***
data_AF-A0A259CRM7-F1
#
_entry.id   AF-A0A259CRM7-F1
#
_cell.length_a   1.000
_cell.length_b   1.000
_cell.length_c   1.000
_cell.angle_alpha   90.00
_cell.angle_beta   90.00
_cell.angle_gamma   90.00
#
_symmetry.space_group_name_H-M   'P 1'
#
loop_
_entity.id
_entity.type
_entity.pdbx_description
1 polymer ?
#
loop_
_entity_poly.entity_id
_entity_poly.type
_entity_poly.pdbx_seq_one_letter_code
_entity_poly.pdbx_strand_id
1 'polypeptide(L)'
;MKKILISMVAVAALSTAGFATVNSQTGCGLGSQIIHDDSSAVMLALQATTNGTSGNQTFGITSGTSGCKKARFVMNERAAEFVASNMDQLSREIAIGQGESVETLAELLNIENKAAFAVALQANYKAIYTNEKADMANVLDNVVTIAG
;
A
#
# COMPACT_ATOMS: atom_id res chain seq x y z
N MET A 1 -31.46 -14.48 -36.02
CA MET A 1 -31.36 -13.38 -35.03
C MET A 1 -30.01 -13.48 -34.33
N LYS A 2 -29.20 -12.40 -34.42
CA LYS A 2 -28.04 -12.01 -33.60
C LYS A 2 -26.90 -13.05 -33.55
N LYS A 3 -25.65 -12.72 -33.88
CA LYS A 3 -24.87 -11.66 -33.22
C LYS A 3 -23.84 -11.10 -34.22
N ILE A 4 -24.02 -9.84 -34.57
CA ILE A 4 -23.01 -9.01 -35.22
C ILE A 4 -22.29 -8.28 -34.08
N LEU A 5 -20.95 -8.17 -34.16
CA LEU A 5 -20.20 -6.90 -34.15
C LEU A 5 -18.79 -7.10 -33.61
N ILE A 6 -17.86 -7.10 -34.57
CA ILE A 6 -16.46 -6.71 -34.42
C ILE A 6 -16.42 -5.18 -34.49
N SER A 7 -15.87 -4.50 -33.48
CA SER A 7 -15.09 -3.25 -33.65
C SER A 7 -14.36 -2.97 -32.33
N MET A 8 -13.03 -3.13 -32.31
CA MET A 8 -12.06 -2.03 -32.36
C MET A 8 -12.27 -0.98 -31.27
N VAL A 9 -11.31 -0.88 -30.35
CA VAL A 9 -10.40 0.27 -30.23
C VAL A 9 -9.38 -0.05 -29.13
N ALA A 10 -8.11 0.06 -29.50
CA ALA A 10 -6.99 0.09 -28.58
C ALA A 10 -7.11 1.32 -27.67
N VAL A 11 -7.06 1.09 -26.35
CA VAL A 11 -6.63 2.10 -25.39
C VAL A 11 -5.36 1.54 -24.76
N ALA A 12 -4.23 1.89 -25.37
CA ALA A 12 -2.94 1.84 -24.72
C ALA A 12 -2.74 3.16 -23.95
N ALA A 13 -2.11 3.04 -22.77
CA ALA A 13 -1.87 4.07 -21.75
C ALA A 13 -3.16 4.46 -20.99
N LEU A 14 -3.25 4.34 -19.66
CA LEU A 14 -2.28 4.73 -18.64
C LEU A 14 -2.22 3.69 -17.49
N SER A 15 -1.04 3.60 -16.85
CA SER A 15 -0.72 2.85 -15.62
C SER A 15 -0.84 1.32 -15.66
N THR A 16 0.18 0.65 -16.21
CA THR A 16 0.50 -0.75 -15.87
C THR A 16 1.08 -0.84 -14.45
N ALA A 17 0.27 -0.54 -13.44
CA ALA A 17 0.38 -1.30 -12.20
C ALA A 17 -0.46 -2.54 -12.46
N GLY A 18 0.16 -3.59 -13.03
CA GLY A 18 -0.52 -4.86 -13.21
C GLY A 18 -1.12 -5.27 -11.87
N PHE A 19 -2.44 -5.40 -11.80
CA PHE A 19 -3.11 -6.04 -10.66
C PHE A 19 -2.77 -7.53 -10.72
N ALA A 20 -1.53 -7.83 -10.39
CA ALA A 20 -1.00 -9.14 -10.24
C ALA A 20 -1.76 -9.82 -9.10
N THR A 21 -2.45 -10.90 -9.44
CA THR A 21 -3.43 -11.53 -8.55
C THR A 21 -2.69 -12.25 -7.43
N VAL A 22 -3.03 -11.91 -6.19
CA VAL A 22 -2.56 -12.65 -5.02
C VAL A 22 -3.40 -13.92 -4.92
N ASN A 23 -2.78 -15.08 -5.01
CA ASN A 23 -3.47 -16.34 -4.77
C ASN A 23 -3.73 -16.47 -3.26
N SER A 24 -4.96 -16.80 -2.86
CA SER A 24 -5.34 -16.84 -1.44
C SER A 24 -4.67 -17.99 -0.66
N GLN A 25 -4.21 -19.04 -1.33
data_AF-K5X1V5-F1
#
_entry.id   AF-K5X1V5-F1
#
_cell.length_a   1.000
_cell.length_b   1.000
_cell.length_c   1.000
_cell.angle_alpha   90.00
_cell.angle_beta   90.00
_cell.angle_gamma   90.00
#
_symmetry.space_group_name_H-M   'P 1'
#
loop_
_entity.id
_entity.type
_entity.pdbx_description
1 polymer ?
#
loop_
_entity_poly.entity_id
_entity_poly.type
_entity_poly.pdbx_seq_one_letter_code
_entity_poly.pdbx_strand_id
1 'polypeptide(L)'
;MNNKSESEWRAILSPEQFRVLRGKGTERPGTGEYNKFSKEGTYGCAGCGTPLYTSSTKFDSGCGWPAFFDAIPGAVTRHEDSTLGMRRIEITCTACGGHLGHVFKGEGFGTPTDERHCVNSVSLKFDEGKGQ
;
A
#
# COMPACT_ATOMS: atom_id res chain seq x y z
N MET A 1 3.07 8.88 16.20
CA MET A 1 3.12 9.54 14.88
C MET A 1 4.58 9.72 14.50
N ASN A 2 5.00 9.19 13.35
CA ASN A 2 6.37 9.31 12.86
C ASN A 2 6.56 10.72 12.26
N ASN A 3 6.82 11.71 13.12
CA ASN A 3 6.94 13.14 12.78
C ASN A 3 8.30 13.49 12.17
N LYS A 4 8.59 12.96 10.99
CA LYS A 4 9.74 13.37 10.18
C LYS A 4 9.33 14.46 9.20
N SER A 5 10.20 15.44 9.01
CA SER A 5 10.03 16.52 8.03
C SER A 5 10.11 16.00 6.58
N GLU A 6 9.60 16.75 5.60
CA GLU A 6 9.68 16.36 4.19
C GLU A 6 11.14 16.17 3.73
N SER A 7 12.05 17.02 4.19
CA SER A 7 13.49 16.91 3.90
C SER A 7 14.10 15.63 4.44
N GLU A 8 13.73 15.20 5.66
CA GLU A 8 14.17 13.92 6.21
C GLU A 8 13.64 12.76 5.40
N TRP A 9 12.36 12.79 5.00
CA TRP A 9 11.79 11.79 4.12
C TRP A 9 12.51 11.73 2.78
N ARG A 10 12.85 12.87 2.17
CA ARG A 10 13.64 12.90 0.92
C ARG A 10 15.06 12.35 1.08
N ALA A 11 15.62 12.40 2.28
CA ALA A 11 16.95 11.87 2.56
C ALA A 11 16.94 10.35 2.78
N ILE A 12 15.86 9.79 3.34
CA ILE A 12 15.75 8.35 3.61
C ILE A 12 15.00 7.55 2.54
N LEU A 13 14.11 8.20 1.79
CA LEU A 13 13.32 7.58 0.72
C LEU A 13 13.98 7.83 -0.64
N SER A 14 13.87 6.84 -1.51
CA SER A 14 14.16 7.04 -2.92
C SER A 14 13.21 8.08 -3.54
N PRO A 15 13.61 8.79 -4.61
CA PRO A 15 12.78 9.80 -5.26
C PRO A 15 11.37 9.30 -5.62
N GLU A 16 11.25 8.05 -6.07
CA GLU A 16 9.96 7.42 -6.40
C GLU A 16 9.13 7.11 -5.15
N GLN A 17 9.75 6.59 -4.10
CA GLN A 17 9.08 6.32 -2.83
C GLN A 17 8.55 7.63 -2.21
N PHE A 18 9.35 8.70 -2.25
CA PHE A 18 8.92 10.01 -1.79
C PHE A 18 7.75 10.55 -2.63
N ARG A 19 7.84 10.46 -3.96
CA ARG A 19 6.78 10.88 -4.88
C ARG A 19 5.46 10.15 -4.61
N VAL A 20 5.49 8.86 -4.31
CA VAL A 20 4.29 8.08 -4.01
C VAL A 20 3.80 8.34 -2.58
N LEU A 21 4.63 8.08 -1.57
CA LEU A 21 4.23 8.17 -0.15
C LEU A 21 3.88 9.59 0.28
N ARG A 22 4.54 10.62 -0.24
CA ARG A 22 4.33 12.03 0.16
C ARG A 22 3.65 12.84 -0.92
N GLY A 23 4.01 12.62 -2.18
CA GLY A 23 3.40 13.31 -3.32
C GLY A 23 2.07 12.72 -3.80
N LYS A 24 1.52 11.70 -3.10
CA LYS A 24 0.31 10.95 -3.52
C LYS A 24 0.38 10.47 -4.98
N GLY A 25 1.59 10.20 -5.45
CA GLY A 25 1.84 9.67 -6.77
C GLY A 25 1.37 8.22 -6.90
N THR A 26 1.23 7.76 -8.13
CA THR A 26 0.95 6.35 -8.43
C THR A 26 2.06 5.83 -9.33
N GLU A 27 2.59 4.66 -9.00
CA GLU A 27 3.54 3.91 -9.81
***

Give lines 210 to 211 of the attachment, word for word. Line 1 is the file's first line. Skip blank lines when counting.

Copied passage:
CA THR A 26 0.95 6.35 -8.43
C THR A 26 2.06 5.83 -9.33